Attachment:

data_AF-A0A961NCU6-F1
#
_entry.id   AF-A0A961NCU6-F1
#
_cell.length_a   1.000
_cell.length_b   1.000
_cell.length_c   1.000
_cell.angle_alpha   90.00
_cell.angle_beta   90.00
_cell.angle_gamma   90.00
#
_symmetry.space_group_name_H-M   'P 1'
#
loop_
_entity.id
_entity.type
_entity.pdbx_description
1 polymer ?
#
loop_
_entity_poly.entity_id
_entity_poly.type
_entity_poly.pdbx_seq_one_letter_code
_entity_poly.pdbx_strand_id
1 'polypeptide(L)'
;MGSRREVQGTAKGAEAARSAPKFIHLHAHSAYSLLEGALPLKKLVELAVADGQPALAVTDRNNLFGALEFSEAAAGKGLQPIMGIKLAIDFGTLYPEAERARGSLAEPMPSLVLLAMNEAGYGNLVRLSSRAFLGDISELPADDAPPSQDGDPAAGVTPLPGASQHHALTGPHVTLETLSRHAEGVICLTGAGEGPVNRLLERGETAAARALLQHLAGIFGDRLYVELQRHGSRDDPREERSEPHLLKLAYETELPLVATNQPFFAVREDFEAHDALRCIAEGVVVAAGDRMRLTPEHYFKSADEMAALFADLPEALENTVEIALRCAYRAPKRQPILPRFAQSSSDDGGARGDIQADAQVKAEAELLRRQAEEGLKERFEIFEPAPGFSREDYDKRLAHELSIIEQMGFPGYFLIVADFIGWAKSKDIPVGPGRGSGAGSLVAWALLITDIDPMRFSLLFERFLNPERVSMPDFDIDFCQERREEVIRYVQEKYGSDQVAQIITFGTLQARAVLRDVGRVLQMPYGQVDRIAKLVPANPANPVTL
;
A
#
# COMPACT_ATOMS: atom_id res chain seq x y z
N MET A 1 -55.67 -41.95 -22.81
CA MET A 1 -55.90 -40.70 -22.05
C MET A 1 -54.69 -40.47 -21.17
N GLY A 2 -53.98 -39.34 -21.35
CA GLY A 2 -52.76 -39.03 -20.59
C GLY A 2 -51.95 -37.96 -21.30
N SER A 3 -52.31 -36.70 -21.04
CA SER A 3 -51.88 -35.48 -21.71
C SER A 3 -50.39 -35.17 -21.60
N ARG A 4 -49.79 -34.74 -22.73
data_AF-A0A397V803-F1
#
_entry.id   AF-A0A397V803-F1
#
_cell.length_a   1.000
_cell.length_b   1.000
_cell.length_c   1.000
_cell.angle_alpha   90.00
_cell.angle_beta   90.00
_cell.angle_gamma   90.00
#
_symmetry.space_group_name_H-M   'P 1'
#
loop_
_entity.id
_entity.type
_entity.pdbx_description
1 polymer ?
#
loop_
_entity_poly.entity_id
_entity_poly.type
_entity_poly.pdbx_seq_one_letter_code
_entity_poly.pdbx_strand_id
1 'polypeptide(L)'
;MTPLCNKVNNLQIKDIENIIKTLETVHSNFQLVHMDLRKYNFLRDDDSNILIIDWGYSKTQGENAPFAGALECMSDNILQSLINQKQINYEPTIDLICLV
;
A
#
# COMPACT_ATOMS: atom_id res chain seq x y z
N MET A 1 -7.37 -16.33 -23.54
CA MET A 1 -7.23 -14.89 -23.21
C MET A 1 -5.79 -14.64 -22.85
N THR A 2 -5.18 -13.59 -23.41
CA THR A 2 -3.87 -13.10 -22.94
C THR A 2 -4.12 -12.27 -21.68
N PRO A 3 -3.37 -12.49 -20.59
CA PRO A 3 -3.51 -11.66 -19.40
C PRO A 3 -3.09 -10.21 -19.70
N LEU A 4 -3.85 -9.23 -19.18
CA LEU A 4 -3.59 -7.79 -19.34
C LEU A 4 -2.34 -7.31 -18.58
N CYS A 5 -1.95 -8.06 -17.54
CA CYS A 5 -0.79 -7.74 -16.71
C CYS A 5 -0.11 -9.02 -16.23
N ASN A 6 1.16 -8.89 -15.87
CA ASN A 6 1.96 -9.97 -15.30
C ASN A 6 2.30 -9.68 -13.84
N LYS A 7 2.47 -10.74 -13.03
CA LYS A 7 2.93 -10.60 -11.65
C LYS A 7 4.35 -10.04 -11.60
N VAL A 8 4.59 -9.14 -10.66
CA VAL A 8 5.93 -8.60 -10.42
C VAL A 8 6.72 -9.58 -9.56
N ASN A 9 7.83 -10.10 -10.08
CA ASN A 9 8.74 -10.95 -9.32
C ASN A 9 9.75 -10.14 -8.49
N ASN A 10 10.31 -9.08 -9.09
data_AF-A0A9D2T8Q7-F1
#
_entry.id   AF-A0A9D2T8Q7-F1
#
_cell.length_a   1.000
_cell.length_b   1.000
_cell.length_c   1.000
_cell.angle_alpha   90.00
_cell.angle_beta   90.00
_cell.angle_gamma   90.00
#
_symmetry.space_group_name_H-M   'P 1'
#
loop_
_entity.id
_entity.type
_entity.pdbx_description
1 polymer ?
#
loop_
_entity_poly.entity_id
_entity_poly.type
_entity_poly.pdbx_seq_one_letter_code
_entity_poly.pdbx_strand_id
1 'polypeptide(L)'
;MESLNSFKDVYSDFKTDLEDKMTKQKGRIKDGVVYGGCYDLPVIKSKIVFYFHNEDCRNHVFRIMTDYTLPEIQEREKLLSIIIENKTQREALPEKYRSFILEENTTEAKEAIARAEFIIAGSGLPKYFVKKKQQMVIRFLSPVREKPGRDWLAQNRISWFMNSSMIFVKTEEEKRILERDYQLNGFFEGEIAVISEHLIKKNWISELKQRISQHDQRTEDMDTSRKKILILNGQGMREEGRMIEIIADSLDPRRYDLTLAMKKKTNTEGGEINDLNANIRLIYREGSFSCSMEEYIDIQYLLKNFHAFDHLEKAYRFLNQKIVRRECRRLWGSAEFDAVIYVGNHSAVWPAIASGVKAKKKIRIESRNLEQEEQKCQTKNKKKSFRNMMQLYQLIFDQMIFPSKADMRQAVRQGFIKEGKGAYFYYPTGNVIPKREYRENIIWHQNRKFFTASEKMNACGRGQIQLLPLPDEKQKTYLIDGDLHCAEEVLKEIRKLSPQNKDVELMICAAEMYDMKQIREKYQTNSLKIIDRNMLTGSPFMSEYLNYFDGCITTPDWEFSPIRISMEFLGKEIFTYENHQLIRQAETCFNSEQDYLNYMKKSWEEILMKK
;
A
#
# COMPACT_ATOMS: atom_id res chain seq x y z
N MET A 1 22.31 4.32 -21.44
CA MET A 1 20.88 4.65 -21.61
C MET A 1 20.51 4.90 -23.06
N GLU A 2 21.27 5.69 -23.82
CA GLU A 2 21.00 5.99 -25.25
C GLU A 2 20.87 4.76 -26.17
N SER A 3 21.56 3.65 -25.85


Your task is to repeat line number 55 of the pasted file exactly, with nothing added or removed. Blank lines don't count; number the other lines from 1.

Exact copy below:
_entity.id